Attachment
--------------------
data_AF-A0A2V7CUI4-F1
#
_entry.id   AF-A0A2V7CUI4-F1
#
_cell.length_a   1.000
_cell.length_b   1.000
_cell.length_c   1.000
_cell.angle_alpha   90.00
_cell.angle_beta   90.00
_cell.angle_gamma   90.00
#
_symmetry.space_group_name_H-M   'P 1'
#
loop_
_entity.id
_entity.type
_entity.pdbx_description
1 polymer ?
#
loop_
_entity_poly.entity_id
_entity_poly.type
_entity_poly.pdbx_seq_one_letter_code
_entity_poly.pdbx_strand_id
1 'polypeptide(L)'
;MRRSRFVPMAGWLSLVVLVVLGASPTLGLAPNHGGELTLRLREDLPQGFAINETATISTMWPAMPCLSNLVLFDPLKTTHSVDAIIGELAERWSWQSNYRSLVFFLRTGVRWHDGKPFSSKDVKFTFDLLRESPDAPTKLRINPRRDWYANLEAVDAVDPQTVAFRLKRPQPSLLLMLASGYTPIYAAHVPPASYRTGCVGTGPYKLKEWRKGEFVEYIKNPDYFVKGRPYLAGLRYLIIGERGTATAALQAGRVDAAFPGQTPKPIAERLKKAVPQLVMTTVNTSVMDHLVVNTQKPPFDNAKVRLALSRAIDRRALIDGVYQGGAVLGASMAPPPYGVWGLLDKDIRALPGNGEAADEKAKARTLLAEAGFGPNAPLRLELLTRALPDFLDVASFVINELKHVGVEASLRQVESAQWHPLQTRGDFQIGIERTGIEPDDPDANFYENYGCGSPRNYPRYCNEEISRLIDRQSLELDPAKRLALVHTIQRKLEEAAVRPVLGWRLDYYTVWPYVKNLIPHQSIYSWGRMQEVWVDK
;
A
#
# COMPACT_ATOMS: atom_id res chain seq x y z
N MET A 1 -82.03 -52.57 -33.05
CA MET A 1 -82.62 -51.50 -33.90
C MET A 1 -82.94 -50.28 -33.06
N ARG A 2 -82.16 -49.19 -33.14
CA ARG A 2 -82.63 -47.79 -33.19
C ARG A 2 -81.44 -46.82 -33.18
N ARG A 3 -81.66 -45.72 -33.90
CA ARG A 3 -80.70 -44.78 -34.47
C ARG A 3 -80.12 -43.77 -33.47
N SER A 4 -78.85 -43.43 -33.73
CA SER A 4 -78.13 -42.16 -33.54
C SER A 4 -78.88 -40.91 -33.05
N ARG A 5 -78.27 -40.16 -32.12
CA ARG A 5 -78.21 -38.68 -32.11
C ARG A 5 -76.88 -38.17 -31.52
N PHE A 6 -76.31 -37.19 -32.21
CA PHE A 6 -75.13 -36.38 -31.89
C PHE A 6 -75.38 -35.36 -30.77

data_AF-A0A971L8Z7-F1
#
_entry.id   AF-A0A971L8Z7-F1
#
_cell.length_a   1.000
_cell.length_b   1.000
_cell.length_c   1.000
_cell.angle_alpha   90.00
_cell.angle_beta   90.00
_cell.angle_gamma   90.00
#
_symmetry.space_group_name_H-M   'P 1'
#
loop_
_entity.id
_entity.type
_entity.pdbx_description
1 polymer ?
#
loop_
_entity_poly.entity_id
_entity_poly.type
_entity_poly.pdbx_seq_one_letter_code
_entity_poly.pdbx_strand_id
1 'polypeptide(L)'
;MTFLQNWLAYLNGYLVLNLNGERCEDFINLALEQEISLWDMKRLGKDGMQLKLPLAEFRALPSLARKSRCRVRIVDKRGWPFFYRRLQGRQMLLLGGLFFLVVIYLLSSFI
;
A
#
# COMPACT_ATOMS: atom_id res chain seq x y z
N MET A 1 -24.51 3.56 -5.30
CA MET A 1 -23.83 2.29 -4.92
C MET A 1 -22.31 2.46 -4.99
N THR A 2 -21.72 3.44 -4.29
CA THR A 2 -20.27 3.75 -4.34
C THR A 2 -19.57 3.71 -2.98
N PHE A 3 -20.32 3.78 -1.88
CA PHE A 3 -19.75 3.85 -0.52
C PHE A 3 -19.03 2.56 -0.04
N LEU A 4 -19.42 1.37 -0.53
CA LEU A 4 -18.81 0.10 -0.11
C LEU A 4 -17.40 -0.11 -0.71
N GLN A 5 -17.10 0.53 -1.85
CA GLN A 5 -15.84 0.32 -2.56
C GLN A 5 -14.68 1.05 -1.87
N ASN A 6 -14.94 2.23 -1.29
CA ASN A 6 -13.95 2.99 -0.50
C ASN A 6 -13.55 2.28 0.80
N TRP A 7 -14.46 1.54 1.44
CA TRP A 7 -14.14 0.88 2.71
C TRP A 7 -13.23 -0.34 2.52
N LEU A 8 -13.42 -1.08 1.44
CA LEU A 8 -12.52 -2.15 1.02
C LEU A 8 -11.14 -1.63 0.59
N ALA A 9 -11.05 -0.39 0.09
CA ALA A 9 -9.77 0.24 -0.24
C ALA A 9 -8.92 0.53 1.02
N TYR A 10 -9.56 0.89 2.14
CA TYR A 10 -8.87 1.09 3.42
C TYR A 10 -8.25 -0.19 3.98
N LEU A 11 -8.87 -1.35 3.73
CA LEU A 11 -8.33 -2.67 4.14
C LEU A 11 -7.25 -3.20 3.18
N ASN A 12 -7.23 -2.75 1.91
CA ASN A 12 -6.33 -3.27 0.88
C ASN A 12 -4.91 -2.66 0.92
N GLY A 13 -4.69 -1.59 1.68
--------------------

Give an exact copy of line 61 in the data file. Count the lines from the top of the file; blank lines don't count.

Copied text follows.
#